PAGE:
Clears the console.
Prints a description (typically a series of DDL statements) of a schema element or the cluster. This is useful for dumping all or portions of the schema.
DESCRIBE CLUSTER DESCRIBE SCHEMA DESCRIBE KEYSPACES DESCRIBE KEYSPACE <keyspace name> DESCRIBE TABLES DESCRIBE TABLE <table name> DESCRIBE MATERIALIZED VIEW <view name> DESCRIBE TYPES DESCRIBE TYPE <type name> DESCRIBE FUNCTIONS DESCRIBE FUNCTION <function name> DESCRIBE AGGREGATES DESCRIBE AGGREGATE <aggregate function name>
In any of the commands,
DESC may be used in place of
DESCRIBE <name>. This will look for the object
in a specific order: keyspace, table, view, index, user-defined type, user-defined function, user-defined aggregate.
DESCRIBE CLUSTER command prints the cluster name and partitioner:
cqlsh> DESCRIBE CLUSTER Cluster: Test Cluster Partitioner: Murmur3Partitioner
DESCRIBE SCHEMA command prints the DDL statements needed to recreate the entire schema. This is especially
useful for dumping the schema in order to clone a cluster or restore from a backup.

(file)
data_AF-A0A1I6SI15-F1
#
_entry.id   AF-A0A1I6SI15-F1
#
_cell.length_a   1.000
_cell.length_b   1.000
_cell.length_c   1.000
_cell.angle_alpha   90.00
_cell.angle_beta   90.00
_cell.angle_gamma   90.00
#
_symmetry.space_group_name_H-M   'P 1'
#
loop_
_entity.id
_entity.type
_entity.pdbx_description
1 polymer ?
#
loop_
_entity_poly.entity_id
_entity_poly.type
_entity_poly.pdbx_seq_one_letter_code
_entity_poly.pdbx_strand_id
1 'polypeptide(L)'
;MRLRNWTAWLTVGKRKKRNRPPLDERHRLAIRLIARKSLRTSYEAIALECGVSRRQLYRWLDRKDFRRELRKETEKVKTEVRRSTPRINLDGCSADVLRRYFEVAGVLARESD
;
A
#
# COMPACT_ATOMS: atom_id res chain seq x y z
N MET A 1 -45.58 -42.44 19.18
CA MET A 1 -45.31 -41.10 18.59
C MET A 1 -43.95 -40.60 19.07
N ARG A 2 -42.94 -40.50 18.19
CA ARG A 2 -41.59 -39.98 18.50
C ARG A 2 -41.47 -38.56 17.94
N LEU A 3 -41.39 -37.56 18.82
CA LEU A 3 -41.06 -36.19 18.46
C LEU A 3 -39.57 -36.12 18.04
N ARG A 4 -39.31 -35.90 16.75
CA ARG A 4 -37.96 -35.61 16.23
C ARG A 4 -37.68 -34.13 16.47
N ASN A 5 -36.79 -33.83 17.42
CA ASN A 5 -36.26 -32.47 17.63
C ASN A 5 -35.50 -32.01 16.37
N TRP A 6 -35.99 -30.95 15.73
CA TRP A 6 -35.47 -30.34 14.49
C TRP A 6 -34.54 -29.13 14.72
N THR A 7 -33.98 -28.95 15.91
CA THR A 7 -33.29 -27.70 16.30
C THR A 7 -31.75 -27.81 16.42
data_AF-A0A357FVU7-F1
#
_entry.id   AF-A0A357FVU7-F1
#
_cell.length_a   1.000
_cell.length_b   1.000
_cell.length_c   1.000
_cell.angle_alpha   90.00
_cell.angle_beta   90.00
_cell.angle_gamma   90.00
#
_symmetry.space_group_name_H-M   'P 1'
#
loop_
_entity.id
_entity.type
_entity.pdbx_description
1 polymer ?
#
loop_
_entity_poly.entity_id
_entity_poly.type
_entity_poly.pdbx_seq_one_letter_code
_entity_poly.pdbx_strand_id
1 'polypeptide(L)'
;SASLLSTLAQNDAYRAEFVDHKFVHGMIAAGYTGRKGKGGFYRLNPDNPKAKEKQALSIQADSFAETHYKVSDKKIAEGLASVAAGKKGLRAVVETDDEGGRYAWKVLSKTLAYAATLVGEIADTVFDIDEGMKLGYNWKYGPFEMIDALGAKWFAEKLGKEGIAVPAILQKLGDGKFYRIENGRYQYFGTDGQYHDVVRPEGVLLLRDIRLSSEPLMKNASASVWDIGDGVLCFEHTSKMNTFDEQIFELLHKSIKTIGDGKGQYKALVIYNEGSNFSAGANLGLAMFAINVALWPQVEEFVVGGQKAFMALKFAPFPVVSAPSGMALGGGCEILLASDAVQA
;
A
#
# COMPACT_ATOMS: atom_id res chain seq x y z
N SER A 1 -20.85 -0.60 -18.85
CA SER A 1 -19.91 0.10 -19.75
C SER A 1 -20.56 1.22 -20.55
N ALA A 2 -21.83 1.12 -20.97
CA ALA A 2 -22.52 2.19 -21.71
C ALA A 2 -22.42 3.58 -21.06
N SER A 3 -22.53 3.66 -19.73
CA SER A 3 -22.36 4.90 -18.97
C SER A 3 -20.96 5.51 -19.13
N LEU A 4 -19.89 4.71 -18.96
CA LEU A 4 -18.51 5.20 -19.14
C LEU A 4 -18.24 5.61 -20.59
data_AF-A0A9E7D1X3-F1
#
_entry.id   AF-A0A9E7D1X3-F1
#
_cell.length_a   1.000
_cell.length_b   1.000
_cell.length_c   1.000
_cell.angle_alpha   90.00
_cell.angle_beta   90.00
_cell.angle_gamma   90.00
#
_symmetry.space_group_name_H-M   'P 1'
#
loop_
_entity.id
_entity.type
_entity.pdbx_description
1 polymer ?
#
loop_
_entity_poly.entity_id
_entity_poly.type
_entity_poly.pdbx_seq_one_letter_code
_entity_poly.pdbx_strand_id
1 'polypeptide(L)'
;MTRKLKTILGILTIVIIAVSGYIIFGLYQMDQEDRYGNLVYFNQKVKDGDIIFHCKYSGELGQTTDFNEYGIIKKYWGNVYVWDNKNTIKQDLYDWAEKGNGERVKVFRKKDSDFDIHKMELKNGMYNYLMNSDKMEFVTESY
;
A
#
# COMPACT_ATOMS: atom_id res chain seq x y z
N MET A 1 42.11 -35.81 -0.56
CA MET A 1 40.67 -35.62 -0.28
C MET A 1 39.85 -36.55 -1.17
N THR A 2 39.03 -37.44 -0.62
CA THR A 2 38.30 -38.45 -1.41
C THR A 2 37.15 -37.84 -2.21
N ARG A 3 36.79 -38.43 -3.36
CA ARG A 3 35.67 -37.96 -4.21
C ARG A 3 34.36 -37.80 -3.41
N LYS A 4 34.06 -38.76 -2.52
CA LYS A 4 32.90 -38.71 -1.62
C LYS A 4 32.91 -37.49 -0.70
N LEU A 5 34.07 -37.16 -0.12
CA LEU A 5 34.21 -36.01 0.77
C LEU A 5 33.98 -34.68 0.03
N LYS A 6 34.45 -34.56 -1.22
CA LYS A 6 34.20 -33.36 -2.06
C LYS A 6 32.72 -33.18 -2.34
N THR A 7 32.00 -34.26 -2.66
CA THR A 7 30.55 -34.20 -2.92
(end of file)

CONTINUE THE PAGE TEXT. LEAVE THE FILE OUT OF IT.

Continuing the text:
Copies data from a table to a CSV file.
COPY <table name> [(<column>, ...)] TO <file name> WITH <copy option> [AND <copy option> ...]
If no columns are specified, all columns from the table will be copied to the CSV file. A subset of columns to copy may be specified by adding a comma-separated list of column names surrounded by parenthesis after the table name.
<file name> should be a string literal (with single quotes) representing a path to the destination file. The
file name can also contain the special value
STDOUT (without single quotes) print the CSV to STDOUT.
See Shared COPY Options for options that apply to both
COPY TO and
The maximum number token ranges to fetch simultaneously. Defaults to 6.
The number of rows to fetch in a single page. Defaults to 1000.
By default, the page timeout is 10 seconds per 1000 entries in the page size or 10 seconds if pagesize is smaller.
Token range to export. Defaults to exporting the full ring.
The maximum size of the output file measured in number of lines; beyond this maximum the output file will be split into segments. -1 means unlimited, and is the default.
The encoding used for characters. Defaults to
Copies data from a CSV file to table.
COPY <table name> [(<column>, ...)] FROM <file name> WITH <copy option> [AND <copy option> ...]